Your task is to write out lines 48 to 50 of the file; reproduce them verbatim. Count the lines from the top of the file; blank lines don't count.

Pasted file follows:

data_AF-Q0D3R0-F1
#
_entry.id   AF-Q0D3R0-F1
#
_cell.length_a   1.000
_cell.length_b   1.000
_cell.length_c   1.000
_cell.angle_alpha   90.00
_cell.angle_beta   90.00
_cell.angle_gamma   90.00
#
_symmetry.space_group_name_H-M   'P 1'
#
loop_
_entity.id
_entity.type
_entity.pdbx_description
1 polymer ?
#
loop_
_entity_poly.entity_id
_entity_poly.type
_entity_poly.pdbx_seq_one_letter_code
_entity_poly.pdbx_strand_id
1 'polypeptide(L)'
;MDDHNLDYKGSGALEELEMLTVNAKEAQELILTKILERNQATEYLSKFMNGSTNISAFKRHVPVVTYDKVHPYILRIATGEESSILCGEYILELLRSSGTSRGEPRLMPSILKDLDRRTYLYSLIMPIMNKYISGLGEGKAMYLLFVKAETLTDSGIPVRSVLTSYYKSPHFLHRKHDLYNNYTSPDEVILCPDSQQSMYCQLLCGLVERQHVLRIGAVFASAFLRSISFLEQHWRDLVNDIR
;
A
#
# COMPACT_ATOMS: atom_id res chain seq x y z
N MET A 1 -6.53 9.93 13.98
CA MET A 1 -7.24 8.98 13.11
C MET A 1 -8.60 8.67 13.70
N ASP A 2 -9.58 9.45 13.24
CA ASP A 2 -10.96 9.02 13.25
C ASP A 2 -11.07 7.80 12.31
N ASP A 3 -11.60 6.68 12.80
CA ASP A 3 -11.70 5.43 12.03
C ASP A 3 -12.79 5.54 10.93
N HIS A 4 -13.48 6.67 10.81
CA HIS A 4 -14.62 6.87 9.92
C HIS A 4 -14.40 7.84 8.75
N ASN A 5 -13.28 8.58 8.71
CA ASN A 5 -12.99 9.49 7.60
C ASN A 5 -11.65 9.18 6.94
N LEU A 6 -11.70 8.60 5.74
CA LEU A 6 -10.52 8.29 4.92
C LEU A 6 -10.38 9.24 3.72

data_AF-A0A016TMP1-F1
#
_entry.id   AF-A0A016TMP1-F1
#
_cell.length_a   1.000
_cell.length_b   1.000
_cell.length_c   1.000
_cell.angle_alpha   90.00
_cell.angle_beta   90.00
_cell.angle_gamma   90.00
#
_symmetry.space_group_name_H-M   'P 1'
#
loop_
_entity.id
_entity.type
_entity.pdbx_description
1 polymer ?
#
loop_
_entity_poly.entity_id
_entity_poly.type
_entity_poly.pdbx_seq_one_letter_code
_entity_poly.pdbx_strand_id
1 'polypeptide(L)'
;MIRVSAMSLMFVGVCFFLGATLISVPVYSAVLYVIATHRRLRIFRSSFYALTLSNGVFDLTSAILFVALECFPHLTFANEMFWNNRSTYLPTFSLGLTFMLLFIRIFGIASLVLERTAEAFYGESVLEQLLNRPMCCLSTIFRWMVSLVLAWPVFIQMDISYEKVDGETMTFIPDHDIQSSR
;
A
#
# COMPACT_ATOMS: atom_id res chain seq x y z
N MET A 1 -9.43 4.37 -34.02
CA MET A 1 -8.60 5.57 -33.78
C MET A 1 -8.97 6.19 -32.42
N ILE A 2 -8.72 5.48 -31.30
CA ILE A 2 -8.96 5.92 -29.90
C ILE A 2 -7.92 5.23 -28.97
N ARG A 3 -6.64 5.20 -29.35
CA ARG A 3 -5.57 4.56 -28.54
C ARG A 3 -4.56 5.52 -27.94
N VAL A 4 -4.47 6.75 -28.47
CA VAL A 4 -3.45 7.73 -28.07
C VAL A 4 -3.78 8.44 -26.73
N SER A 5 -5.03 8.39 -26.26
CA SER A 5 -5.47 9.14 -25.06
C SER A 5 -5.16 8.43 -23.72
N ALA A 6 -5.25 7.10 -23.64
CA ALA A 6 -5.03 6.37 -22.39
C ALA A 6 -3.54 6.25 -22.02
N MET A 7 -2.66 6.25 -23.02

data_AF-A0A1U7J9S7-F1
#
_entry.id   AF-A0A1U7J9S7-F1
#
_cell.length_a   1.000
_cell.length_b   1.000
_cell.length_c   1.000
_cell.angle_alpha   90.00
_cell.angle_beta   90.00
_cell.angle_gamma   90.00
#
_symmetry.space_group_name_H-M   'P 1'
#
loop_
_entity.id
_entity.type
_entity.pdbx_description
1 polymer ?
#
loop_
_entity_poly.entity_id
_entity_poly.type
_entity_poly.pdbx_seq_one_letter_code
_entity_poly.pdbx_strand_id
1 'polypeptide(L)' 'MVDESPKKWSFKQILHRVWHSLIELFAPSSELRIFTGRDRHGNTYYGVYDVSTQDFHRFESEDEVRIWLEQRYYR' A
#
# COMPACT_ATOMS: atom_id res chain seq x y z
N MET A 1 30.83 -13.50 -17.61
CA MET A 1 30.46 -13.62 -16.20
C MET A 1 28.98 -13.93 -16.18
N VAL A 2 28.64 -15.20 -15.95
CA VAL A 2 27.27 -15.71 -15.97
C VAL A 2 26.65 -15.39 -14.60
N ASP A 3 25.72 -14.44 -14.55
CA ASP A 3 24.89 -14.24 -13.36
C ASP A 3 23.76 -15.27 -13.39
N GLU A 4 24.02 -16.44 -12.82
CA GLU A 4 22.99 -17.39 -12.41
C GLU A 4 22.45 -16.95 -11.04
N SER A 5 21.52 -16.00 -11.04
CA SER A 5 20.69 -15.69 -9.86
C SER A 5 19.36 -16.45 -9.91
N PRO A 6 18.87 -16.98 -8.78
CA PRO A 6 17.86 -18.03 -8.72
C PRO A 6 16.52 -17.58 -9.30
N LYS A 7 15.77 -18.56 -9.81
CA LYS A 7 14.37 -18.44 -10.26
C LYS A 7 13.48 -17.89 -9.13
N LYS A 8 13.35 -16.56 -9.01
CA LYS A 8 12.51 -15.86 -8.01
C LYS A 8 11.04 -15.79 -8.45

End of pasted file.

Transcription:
C LEU A 6 -10.38 9.24 3.72

data_AF-A0A016TMP1-F1
#